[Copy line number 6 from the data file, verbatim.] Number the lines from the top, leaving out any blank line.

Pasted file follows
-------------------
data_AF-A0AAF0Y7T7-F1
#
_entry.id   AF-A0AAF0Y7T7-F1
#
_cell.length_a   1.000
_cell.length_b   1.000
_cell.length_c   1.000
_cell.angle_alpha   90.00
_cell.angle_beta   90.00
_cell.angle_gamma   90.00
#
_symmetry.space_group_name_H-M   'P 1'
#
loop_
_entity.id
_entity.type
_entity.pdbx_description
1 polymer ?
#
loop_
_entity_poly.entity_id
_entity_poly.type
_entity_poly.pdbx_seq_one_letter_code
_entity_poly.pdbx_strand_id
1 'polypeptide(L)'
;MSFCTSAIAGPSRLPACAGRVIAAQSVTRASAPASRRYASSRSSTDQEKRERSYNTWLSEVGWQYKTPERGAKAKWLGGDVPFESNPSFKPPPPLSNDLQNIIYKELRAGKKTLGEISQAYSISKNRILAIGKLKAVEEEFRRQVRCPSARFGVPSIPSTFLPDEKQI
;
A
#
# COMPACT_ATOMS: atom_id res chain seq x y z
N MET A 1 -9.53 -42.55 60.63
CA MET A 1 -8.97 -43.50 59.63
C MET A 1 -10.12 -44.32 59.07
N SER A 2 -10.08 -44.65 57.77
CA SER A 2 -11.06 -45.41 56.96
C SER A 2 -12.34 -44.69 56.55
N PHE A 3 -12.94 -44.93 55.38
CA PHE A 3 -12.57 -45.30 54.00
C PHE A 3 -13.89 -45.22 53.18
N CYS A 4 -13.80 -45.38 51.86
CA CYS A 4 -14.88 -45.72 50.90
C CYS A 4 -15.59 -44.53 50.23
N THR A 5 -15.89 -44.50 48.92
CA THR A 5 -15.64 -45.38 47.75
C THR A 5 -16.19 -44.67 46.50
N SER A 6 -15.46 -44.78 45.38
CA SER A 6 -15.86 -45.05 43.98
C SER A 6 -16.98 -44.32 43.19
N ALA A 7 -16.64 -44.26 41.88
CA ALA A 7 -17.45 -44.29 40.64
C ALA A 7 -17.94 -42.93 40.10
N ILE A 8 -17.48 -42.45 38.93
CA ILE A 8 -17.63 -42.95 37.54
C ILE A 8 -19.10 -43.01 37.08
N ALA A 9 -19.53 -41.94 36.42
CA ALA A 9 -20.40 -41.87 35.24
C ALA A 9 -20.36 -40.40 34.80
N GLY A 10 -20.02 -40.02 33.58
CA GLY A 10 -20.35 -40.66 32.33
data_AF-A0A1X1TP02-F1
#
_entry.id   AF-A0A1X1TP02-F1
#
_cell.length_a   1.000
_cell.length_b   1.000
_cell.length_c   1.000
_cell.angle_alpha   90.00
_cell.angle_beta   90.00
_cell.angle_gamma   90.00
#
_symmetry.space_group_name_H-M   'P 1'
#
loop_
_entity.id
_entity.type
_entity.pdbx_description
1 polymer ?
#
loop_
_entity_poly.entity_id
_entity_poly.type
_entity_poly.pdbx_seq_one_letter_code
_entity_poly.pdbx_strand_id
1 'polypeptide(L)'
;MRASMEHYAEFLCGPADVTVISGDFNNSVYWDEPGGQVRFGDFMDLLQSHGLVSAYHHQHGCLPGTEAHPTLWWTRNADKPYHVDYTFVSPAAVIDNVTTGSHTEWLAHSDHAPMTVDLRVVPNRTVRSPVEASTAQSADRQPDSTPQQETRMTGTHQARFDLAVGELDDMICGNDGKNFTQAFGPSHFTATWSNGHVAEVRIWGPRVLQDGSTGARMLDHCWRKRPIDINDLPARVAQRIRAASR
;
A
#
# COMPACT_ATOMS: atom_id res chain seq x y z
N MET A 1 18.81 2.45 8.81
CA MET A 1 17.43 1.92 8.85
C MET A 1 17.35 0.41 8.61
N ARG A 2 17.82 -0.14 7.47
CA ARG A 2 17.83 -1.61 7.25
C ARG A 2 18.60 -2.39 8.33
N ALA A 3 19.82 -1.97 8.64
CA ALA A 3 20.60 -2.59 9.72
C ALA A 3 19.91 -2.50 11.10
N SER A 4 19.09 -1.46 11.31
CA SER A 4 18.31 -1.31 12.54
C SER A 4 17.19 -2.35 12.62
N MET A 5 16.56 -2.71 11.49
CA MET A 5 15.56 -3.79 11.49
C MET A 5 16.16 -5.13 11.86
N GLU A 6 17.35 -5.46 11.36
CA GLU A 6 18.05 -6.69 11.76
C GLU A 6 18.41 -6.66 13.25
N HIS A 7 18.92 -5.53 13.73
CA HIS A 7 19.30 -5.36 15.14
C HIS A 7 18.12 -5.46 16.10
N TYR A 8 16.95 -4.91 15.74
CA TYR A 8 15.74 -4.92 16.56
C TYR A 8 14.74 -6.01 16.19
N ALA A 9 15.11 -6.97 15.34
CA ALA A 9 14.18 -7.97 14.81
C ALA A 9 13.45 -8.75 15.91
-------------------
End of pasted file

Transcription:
_cell.length_b   1.000